Judge Rules That NYC Cabs Must Be Wheelchair Accessible

NEW YORK (CBSNewYork/AP) — A federal judge says new taxis in New York City must be wheelchair accessible.

LISTEN: WCBS 880’s Alex Silverman reports

Only about 200 of the city’s 13,000 taxis can handle wheelchairs right now. In a suit against the Taxi and Limousine Commission, several advocacy groups said that violates the Americans with Disabilities Act.

On Friday, U.S. District Judge George Daniels said in his written ruling that the commission can provide taxi medallions only for wheelchair-accessible vehicles until it produces a comprehensive plan to provide meaningful access to taxicab service for disabled passengers.

He said such a plan must include targeted goals and standards and anticipated measurable results.       “Meaningful access for the disabled to public transportation services is not a utopian goal or political promise, it is a basic civil right,” the judge wrote.

But spokesperson Connie Pankrats says the judge is not seeing eye to eye with city’s law department.

“The ADA exempts taxi cabs from having to be wheelchair accessible,” said Pankrats.

Disability Rights Advocates, a non-profit legal center that advocates for people with disabilities, called the ruling “the best Christmas gift our clients could ask for.’

The ruling might mean trouble for the taxi of tomorrow, a Nissan mini-van that’s supposed to replace the fleet in the next few years and is not wheelchair ready.

Mayor Michael Bloomberg has been opposed to making the city’s cabs wheelchair accessible, saying they would cost about $15,000 more than the average taxi.

(TM and Copyright 2011 CBS Radio Inc. and its relevant subsidiaries. CBS RADIO and EYE Logo TM and Copyright 2011 CBS Broadcasting Inc. Used under license. All Rights Reserved. This material may not be published, broadcast, rewritten, or redistributed. The Associated Press contributed to this report.)

  • Jerry A. Terrill

    As a user of a walker, I applaud the decision, because it will improve the quality of life of the wheel chair users who now wait in front of the physical therapist office for hours for access a ride in hot summer weather, in rain and in cold winter weather. There is no substitute for an accessible taxi.

  • S.Reh

    Wow, women and kids being murdered right and left in our own city with frightening regularity and THIS is what judges are up in arms about?

  • Bartholomew Harte

    Ever try getting a cab to go across town in the day? Maybe that wheelchair would be faster!This Judge must live Way Outta Townto not to see how
    utterly fool-hardy this idea is-1 in 10,maybe-Every Cab?? No Way Jose!!

  • FoolishUS

    Another LIBERAL piece of ABSURD LEGISLATION which will NOT BE IMPLEMENTED. Anyone can sue, any LIBERAL judge can “order” something- yeah, it ain’t gonna happen. Take this ADA re-write it so it makes sense, not some Utopian foolishness as it is now.

  • sanda aronson

    I am thrilled to finally imagining in my lifetime of NYC being like other cities where I can get a wheelchair accessible taxi cab that I can roll right in. NYC will have to join with the 21st Century in spite of “disabilophobia”.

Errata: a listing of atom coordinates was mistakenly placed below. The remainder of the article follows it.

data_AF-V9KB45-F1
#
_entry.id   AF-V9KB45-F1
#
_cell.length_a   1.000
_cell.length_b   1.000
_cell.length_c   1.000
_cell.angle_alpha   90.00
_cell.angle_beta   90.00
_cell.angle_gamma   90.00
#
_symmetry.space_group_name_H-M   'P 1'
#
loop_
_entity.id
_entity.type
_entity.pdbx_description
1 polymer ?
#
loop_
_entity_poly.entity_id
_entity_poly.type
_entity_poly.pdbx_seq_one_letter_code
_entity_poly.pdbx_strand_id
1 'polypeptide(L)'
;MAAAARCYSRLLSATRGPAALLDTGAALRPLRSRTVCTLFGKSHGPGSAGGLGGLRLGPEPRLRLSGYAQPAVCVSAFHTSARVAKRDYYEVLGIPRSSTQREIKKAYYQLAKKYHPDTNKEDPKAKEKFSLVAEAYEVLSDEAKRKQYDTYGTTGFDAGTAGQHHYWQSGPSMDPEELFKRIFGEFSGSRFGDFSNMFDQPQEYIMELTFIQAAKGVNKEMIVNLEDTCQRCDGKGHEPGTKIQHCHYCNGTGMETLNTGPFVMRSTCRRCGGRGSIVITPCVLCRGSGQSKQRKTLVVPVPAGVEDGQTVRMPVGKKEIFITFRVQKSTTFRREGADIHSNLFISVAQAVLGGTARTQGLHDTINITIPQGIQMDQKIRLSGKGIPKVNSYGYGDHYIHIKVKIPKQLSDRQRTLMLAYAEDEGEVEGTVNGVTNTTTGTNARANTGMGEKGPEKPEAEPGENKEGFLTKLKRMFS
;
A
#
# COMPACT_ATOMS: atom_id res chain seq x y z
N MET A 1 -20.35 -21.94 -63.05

• Darius03

    This will just make the disabled hateful to other being inconvenienced and sort of “punished” with subsidizing the accommodations. Who would blame some who might shout: “Why don’t you just stay home!”

  • Darius03

    Next: Judge rules that movie theaters provide cerebral cortex hook-ups for the blind so they can watch movies!
    Disability Rights Advocates, a non-profit legal center that advocates for people with disabilities, called the ruling “the best Christmas gift our clients could ask for.’

  • David

    Isn’t there aleady a taxi service for the disabled? It’s called Access. They are everywhere and ready to pickup the disabled. And most of the times, it’s free. To make new cabs handicap accessible is ridiculous and more of the tunneled-vision moves by the Democrates, the ME generation.


      Good day everyone,

      Ive been confined to a WHEELCHAIR (hit/run taxi cab) and I was home bound for nearly 4 1/2 years. If you never experience what’s it’s like, do it for a one week. It was the worst feeling in the world to be very limited when and where you can travel, besides the pain!!!

      1) ACCESS A RIDE IS NOT FREE and it’s not a 24/hr door to door service. Whatever everyone else pays MTA for a one way trip, the same applies.

      2) Appts. must be schedule in advance, and one should pray a vehicle was avail.

      3) If a vehicle becomes avail, a) expect them to always be LATE, b), expect them to get the pickup
      location – WRONG.

      5) I was strained at more than one location because ACCESS A RIDE couldn’t get it right!! No apology ever given by corporate office.

      5) Talk about frustration? If anything, why don’t you all questioned… why are people who are NOT wheelchair bound or physically limited, allowed to use access a ride as their private chauffeur to and from? I’ve seen it time and time again.

      In conclusion, a trouble free, available taxi would have been on point during my time of need. Thankfully, I’m walking again and I don’t have to rely on ACCESS for grocery shopping and everything else those “walking” takes for granted ON A DAILY BASICS.

      Thank you.

  • Anthony

    I always thought that the ADA could sometimes take things a little to far, and this case is another example of that. It costs a ton of money to make a taxicab wheelchair accessible, and those costs will have to be passed on to ALL customers. The majority of riders will be subsidizing disabled passengers.

    The ADA also wanted to make wilderness areas accessible to people in wheelchairs. When you carve roads into wilderness areas to make wilderness accessible to the disabled, it’s not a wilderness anymore. In some ways, the ADA is a disaster lobby.

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